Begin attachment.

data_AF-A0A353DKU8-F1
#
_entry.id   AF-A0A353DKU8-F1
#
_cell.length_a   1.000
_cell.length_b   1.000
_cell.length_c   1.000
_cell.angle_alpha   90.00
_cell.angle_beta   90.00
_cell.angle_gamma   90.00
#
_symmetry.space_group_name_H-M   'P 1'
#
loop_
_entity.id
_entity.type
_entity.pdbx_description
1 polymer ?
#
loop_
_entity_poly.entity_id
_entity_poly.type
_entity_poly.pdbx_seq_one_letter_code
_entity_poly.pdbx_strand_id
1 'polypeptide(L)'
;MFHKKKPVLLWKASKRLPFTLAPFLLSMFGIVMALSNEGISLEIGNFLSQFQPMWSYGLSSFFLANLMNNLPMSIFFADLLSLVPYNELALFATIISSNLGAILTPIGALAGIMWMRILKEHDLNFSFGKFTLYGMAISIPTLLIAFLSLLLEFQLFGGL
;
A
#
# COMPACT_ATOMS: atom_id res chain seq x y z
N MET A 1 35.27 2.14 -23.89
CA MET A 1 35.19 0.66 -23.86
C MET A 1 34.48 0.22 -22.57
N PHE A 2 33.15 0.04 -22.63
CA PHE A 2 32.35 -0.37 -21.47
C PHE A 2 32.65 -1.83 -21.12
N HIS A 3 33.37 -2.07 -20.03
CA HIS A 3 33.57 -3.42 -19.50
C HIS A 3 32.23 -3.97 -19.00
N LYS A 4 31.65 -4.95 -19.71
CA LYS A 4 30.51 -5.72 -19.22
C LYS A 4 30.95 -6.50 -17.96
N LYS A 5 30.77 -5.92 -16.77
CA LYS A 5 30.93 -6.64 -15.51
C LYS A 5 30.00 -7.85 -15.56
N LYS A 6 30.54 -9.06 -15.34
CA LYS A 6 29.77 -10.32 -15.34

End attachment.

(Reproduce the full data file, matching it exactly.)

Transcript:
data_AF-A0A353DKU8-F1
#
_entry.id   AF-A0A353DKU8-F1
#
_cell.length_a   1.000
_cell.length_b   1.000
_cell.length_c   1.000
_cell.angle_alpha   90.00
_cell.angle_beta   90.00
_cell.angle_gamma   90.00
#
_symmetry.space_group_name_H-M   'P 1'
#
loop_
_entity.id
_entity.type
_entity.pdbx_description
1 polymer ?
#
loop_
_entity_poly.entity_id
_entity_poly.type
_entity_poly.pdbx_seq_one_letter_code
_entity_poly.pdbx_strand_id
1 'polypeptide(L)'
;MFHKKKPVLLWKASKRLPFTLAPFLLSMFGIVMALSNEGISLEIGNFLSQFQPMWSYGLSSFFLANLMNNLPMSIFFADLLSLVPYNELALFATIISSNLGAILTPIGALAGIMWMRILKEHDLNFSFGKFTLYGMAISIPTLLIAFLSLLLEFQLFGGL
;
A
#
# COMPACT_ATOMS: atom_id res chain seq x y z
N MET A 1 35.27 2.14 -23.89
CA MET A 1 35.19 0.66 -23.86
C MET A 1 34.48 0.22 -22.57
N PHE A 2 33.15 0.04 -22.63
CA PHE A 2 32.35 -0.37 -21.47
C PHE A 2 32.65 -1.83 -21.12
N HIS A 3 33.37 -2.07 -20.03
CA HIS A 3 33.57 -3.42 -19.50
C HIS A 3 32.23 -3.97 -19.00
N LYS A 4 31.65 -4.95 -19.71
CA LYS A 4 30.51 -5.72 -19.22
C LYS A 4 30.95 -6.50 -17.96
N LYS A 5 30.77 -5.92 -16.77
CA LYS A 5 30.93 -6.64 -15.51
C LYS A 5 30.00 -7.85 -15.56
N LYS A 6 30.54 -9.06 -15.34
CA LYS A 6 29.77 -10.32 -15.34